10. Jan 30, 2015 #9
    What do you mean with "right"? And the potential at r=b, that would be 2QK/b right?
     
  11. Jan 30, 2015 #10

    mfb

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    "right" as in "not wrong".
    Yes, and that potential should not make a "jump" at r=b if you go to the formula for the next region.
     
  12. Jan 30, 2015 #11
    So then when r=a the potential would be 2QK/a which is the same when r<a. If that is right all I have left is a<r<b which seems to be the trickiest one. I calculated the electric field using a gaussian surface and got the e-field to be -QK/r^2. So the potential between a and b should be -QK/r right? Now how to find that using the superposition principle I still don't get. And what do you mean by the formula for the next region?
     
  13. Jan 31, 2015 #12

    mfb

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    No. How did you get that result?
    You'll need the potential between b and a to find the potential for r<a.

    That does not work, the potential at r=b would not be continuous. -QK/r reproduces all potential differences, but the potential has to be something else.
    Exactly the point you are working on.
     
  14. Jan 31, 2015 #13
    For potential between a and b, would it work if I made the problem into 3 separate spheres, so one sphere of radius c, one of radius b, and one of radius a? so when r<c the potential would be 2QK/c, when r<b the potential would be QK/b, and when r>a the potential would be -QK/r? So the adding all those together the potential between a and b would be QK(2/c + 1/b - 1/r)
     
  15. Jan 31, 2015 #14

    mfb

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    You already calculated that there is an electric field - the potential cannot be constant. Also, your solution would be not continuous.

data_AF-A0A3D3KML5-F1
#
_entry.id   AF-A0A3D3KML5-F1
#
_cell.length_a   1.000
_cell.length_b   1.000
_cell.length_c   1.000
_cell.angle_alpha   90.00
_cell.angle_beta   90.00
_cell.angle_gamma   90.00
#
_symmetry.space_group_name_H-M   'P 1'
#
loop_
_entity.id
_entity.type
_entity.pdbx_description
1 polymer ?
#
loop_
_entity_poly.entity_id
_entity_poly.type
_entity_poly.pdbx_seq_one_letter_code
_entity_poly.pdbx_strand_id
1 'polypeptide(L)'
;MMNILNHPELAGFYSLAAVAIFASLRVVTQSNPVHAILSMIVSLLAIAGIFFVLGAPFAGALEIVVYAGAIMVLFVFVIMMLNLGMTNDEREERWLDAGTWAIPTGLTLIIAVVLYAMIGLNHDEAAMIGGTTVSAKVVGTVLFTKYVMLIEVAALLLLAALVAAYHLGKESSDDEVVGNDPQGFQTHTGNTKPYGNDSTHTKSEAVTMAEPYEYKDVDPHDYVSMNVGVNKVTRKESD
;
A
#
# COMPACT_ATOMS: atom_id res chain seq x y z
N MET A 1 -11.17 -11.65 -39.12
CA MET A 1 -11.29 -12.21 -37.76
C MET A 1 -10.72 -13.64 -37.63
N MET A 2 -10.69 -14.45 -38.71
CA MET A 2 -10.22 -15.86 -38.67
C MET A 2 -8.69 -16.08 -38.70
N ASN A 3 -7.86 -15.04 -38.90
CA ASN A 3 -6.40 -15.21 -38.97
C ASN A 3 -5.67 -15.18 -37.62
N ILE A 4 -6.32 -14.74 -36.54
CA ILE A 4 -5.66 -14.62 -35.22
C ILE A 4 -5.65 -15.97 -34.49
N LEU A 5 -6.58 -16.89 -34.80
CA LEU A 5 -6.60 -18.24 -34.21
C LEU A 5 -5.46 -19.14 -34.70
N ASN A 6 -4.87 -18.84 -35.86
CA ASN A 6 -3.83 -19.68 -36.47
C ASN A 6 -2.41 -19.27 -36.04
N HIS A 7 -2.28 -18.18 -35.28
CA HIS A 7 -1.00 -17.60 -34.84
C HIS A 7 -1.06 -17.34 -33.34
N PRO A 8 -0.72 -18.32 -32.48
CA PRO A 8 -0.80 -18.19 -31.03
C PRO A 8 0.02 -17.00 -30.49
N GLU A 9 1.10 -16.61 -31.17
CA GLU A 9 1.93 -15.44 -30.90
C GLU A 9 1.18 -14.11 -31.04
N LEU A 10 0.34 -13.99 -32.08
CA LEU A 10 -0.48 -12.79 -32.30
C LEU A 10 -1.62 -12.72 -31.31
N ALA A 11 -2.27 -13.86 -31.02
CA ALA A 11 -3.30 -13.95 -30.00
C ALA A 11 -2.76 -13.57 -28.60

Adding them would give a constant potential everywhere, which is certainly not true either.

    You found the potential for ##r\geq c## and for ##c \geq r \geq b##. You found the derivative of the potential for ##b \geq r \geq a##. If you know the potential at one point (b=r) and its derivative, how can you find the potential (between a and b)?
     
  16. Jan 31, 2015 #15
    Would Vb-Va= -∫-QK/r^2 work? Starting to feel even more lost.
    Also earlier when I said that the potential at r=b is 2QK/b, are you certain that is right? Because if I do Vc-Vb= -∫Edr, the right side will equal zero, so Vc=Vb which would mean Vb=2QK/c
     
  17. Jan 31, 2015 #16

    mfb

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    Integrating the electric field is a good idea, yes.

    Oops, that should be c in the denominator, as you wrote in post 5.
     
  18. Jan 31, 2015 #17
    OK for the integral the limits are 'a' to 'b' so -∫-QK/r^2 = QK/a - QK/b. But then wouldn't I still need the derivative of that to be equal to -QK/r^2? Since both of those are constants that wouldn't work.
     
  19. Jan 31, 2015 #18

    mfb

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    You found the potential at "a" by setting one border to "a" - but you can choose a different integration range.
     
  20. Jan 31, 2015 #19

    TSny

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    The question asks you to use superposition to get V in all the regions of your problem. The charge in your system is located on three separate spherical surfaces. Start by considering V due to a charge q uniformly spread over a single spherical surface of radius R. What are the expressions for V outside and inside the surface? Once you have that, it should be easy to use superposition to get the answer for V in the different regions of your problem.
     
  21. Jan 31, 2015 #20
    Well if I took it from r' to b, then I would end up with QK/r' - QK/b. The negative derivative of that would not give me the correct answer for the electric field. If I set it from a to r' it would work, but that doesn't seem right either does it?